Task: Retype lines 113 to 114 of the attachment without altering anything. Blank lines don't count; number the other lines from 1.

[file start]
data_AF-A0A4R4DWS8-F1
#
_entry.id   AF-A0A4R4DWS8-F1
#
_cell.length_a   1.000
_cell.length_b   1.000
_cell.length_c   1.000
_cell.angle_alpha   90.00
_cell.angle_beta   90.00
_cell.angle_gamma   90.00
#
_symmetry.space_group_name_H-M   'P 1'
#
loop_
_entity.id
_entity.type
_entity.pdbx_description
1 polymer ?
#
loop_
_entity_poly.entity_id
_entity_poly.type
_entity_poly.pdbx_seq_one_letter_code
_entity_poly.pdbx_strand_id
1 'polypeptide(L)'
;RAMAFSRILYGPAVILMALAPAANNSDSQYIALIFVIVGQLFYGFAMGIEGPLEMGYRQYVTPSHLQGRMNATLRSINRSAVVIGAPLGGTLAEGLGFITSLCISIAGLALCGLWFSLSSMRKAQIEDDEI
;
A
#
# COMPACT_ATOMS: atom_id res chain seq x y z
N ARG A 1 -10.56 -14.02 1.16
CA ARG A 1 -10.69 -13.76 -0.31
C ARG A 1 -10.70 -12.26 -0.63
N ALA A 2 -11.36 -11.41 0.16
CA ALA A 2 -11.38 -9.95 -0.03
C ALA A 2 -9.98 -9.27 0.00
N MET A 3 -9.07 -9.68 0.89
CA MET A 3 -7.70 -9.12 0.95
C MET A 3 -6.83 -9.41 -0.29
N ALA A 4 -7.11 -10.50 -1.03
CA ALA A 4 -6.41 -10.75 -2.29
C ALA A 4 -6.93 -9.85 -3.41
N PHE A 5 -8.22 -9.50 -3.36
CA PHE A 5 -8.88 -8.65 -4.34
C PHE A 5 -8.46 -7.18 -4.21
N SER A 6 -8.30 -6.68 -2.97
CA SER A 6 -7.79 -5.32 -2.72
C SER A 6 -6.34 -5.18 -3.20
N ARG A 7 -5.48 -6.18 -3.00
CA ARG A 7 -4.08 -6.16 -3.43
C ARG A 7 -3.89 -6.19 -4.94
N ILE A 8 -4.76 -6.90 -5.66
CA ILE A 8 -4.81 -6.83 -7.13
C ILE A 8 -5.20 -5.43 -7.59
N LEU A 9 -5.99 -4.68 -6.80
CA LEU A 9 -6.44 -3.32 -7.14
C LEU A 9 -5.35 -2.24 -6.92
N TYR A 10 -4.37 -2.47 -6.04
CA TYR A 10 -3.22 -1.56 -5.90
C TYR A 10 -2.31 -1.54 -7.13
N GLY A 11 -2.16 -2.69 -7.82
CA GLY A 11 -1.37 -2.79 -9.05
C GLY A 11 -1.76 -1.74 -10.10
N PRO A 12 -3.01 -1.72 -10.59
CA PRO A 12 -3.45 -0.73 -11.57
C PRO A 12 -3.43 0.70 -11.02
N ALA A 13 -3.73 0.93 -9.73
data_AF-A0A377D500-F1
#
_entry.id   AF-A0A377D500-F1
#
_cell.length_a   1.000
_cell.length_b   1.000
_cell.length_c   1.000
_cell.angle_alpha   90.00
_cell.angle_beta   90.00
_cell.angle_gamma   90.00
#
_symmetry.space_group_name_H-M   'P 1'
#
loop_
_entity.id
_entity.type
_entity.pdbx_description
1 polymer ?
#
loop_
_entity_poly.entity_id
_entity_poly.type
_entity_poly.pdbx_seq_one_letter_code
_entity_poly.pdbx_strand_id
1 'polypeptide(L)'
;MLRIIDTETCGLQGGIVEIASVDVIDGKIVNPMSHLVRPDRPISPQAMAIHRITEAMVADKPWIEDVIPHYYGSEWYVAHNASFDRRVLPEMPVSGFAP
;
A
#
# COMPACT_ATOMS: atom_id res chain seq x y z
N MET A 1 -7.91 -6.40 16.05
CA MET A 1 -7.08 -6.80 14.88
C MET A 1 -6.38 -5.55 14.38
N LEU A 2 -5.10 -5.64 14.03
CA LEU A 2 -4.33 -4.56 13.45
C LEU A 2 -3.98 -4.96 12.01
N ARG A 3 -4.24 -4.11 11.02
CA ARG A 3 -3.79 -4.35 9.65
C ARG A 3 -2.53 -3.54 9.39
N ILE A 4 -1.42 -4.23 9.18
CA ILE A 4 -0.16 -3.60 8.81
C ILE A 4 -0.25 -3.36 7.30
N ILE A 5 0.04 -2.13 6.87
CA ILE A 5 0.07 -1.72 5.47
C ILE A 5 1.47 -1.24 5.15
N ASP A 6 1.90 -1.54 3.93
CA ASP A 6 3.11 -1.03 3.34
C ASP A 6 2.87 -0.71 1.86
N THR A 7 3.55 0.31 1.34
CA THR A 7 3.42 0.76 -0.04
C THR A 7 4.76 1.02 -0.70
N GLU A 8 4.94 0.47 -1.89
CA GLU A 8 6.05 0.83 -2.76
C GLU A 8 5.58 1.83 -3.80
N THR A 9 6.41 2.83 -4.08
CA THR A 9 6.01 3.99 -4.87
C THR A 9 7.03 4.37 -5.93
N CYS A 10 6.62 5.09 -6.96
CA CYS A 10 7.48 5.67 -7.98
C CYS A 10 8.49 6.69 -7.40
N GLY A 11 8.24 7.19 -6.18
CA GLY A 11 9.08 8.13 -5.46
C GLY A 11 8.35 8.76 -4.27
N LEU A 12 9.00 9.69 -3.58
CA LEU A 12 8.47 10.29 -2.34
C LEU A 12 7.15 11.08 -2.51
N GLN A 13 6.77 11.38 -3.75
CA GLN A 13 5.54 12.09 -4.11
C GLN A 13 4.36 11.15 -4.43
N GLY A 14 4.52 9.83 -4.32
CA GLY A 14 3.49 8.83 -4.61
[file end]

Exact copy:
N ASP A 6 1.90 -1.54 3.93
CA ASP A 6 3.11 -1.03 3.34